The Active Learning classroom The Active Learning classroom So, here are some perspectives and thoughts about teaching in an active learning classroom now that term is over.

Pros:

1. I found the tables (with rolling chairs!) were especially great when I did in-class quizzes, especially with group-based problems…

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Why Flipped Classrooms Fail


Julie Shell (@julieschell) from peerinstruction.net provides some interesting insight into flipped classrooms and the #1 reason why they don’t work (and how to ensure that they do). Have a read a let us know what you think in the comments!

Turn to Your Neighbor: The Official Peer Instruction Blog

“I tried Peer Instruction and it didn’t work.”

As a champion of the popular flipped learning method developed by Eric Mazur, this phrase always hits me hard when I hear it from fellow educators. And I do hear it.

Over the years, I’ve run into many different accounts of experiments in innovative teaching and flipped classrooms, not just Peer Instruction, gone awry.  I have heard many refrains about clickers, “I tried clickers and it was a disaster.” About flipped learning with videos, “I tried it but my students didn’t watch the videos.” And even about the student engagement all-star, project-based learning: “I gave it a shot but my students perform better when I lecture.”

Of course, there are sundry reasons why one venture toward innovative teaching succeeds and another stumbles. I don’t claim to have the one answer or a lock on the perfect explanation. In this 3-part series, I…

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How to flip your class with quizzes in 5 steps


A great read from Julie Schell from peerinstruction.net (a great resource for ideas on peer instruction) on how you can flip your class using quizzes.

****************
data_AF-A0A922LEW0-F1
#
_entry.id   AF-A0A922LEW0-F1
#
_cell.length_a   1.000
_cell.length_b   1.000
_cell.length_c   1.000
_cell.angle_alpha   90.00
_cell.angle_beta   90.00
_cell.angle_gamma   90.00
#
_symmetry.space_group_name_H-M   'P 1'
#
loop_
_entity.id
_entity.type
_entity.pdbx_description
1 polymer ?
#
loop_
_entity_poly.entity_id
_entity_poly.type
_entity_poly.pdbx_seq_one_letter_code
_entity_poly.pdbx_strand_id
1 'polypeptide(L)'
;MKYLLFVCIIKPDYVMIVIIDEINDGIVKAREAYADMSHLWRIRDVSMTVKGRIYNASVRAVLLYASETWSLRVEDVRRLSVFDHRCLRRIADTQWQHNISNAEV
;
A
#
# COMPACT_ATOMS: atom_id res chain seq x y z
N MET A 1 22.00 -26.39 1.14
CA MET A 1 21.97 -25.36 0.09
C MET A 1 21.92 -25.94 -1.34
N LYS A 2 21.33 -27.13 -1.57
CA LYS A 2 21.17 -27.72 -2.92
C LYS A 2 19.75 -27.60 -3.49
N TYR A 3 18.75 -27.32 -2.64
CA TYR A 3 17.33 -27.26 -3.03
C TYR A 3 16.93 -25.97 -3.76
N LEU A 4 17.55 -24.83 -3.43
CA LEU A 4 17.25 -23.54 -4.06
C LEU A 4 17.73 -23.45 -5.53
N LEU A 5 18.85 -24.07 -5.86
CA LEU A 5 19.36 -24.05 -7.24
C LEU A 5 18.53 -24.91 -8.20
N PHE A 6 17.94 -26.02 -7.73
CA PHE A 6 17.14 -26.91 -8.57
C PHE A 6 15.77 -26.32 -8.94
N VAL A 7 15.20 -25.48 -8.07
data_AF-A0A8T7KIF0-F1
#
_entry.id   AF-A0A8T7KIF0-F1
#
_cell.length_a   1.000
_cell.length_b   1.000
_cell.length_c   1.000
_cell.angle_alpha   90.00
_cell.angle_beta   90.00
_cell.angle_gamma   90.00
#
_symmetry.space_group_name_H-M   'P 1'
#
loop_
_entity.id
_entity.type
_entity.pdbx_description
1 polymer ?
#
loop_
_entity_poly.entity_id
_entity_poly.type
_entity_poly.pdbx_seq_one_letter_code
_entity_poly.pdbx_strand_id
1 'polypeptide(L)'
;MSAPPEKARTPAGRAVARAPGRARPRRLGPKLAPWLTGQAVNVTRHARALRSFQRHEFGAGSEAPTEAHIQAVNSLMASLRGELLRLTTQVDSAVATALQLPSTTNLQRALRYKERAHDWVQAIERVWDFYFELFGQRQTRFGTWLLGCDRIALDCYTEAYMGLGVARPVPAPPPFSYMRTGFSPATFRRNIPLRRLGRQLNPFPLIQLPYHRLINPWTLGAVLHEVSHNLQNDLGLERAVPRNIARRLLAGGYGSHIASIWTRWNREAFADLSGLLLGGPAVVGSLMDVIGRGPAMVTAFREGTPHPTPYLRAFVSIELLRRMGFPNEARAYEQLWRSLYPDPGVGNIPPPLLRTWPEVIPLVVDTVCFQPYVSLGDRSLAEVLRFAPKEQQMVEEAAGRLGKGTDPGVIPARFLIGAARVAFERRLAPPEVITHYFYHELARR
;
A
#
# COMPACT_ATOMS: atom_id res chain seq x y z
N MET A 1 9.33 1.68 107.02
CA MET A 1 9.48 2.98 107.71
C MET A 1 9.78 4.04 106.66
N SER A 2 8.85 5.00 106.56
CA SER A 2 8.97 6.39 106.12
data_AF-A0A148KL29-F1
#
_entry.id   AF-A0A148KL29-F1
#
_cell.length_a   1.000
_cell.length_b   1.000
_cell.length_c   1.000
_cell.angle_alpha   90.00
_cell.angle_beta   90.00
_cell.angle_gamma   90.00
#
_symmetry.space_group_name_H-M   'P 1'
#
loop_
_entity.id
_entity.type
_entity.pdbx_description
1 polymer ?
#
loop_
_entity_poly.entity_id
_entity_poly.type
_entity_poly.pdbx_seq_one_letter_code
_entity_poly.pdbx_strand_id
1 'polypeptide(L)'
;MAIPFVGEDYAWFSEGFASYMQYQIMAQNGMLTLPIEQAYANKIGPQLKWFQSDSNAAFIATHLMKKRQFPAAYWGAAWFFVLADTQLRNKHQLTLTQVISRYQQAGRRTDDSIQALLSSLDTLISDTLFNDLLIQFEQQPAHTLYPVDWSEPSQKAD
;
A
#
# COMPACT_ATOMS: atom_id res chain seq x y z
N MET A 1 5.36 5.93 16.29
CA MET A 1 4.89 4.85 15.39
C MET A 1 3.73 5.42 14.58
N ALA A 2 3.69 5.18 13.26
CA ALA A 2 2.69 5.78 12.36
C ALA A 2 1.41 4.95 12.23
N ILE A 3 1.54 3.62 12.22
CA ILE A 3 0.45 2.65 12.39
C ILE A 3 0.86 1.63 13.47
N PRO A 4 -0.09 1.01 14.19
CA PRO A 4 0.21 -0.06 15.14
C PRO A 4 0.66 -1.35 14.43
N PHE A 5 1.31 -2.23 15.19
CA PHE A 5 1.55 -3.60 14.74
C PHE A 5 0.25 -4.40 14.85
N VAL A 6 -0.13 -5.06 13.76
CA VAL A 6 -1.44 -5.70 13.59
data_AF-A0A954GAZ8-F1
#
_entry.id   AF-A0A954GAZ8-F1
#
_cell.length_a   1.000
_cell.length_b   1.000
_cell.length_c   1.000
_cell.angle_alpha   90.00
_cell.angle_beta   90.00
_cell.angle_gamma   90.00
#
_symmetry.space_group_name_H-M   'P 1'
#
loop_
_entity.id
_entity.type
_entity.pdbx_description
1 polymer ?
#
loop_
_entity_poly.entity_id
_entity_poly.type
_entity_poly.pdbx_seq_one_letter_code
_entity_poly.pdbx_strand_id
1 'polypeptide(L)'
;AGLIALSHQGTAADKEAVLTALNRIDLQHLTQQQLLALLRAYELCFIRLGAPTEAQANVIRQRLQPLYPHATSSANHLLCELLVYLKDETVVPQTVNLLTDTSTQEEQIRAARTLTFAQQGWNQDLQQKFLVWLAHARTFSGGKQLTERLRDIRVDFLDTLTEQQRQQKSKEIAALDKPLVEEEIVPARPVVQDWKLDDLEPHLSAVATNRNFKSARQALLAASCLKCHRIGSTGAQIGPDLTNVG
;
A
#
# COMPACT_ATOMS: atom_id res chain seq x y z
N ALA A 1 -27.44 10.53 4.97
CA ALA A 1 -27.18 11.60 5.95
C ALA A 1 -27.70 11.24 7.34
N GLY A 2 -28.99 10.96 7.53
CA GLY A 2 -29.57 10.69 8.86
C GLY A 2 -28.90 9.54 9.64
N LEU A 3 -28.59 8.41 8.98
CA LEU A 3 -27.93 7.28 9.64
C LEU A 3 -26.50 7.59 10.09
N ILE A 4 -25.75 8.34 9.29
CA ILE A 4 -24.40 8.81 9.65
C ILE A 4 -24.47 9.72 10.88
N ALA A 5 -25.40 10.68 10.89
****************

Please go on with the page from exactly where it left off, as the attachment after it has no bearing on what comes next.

Turn to Your Neighbor: The Official Peer Instruction Blog

quizgooglenoncommuse Measuring a student’s knowledge state is the typical purpose of quizzes in education. Can these short tests do more?

Quizzes have long been used as a “stick” in education. Did you ever scramble at the warning from your own teachers during class,  “y’all better do your work…or else.. I am going to give you a quiz!”

Of course, most educators use quizzes for a more evolved reason. Rather than quiz as punishment, we use the mini-tests to check in on our students before a more substantial, high stakes exam or assessment. Indeed, according to the Oxford English Dictionary, a quiz is by definition a test of knowledge.

Recent research in cognitive science tells us that the power of quizzing students extends far beyond simply measuring a learner’s knowledge state at a given moment in time. Quizzing, it turns out, provides a robust learning effect in and of itself.

Memory researchers Roediger and Butler (2011) note:…

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Goodbye chalkboard! The opportunities and challenges of teaching in an active learning classroom


Professor Chris Buddle writes an very interesting article on some of his experiences with one of our Active Learning Classrooms at Macdonald Campus. These innovative classrooms were designed to support exactly the type of teaching and learning Professor Buddle is implementing: interactive and engaging inquiry. We look forward to more reflections as the term progresses…

Arthropod Ecology

This year I have the pleasure of teaching my Population and Community Ecology class in one of McGill’s Active Learning Classrooms – this one is touted as been quite exceptional, and I’m keen to put it to the test. Over the past 4-5 years, I have been teaching my quantitative ecology course almost entirely with chalk. In fact, I have actively argued about the value of teaching with chalk, and about a move away from technology can be beneficial to student learning, to my own teaching, and overall a very positive experience for all. Now I’ll be faced with this kind of environment when teaching my class:

Screen Shot 2016-01-10 at 11.14.36 AM A view of two of the group tables in the Macdonald Campus active learning classroom; each “pod” seats 12 students (in three wings), and each is colour coded, and linked and adjacent to a screen and whiteboard So why change?

One problem…